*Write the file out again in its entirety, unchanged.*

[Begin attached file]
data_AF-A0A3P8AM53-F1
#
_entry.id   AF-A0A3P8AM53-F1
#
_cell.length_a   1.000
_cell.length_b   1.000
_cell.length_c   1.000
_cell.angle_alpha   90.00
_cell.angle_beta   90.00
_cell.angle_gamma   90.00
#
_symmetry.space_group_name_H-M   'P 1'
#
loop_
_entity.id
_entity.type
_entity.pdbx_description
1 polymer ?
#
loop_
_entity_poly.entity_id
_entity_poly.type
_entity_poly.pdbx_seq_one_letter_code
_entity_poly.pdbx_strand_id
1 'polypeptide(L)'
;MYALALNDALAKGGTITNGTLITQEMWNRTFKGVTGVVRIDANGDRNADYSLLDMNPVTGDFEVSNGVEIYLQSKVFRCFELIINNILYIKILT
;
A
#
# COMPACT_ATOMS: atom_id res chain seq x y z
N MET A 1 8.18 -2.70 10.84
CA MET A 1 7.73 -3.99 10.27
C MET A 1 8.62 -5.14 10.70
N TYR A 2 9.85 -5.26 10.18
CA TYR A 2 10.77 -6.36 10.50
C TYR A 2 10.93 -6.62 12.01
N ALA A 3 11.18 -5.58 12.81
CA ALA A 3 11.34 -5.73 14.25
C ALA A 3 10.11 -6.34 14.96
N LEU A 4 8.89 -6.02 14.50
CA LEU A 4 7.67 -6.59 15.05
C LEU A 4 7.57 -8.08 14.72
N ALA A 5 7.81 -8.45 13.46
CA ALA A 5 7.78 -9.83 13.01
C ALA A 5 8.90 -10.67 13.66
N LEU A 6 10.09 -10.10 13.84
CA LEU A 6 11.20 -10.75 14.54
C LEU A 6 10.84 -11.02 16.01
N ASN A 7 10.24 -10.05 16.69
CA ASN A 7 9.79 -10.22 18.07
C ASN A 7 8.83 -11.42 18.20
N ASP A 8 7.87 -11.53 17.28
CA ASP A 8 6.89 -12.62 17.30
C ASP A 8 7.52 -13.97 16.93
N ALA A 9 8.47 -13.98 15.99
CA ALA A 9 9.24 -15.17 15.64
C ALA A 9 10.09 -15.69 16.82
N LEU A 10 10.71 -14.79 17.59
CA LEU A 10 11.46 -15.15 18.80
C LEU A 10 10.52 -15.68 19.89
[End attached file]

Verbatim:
data_AF-A0A3P8AM53-F1
#
_entry.id   AF-A0A3P8AM53-F1
#
_cell.length_a   1.000
_cell.length_b   1.000
_cell.length_c   1.000
_cell.angle_alpha   90.00
_cell.angle_beta   90.00
_cell.angle_gamma   90.00
#
_symmetry.space_group_name_H-M   'P 1'
#
loop_
_entity.id
_entity.type
_entity.pdbx_description
1 polymer ?
#
loop_
_entity_poly.entity_id
_entity_poly.type
_entity_poly.pdbx_seq_one_letter_code
_entity_poly.pdbx_strand_id
1 'polypeptide(L)'
;MYALALNDALAKGGTITNGTLITQEMWNRTFKGVTGVVRIDANGDRNADYSLLDMNPVTGDFEVSNGVEIYLQSKVFRCFELIINNILYIKILT
;
A
#
# COMPACT_ATOMS: atom_id res chain seq x y z
N MET A 1 8.18 -2.70 10.84
CA MET A 1 7.73 -3.99 10.27
C MET A 1 8.62 -5.14 10.70
N TYR A 2 9.85 -5.26 10.18
CA TYR A 2 10.77 -6.36 10.50
C TYR A 2 10.93 -6.62 12.01
N ALA A 3 11.18 -5.58 12.81
CA ALA A 3 11.34 -5.73 14.25
C ALA A 3 10.11 -6.34 14.96
N LEU A 4 8.89 -6.02 14.50
CA LEU A 4 7.67 -6.59 15.05
C LEU A 4 7.57 -8.08 14.72
N ALA A 5 7.81 -8.45 13.46
CA ALA A 5 7.78 -9.83 13.01
C ALA A 5 8.90 -10.67 13.66
N LEU A 6 10.09 -10.10 13.84
CA LEU A 6 11.20 -10.75 14.54
C LEU A 6 10.84 -11.02 16.01
N ASN A 7 10.24 -10.05 16.69
CA ASN A 7 9.79 -10.22 18.07
C ASN A 7 8.83 -11.42 18.20
N ASP A 8 7.87 -11.53 17.28
CA ASP A 8 6.89 -12.62 17.30
C ASP A 8 7.52 -13.97 16.93
N ALA A 9 8.47 -13.98 15.99
CA ALA A 9 9.24 -15.17 15.64
C ALA A 9 10.09 -15.69 16.82
N LEU A 10 10.71 -14.79 17.59
CA LEU A 10 11.46 -15.15 18.80
C LEU A 10 10.52 -15.68 19.89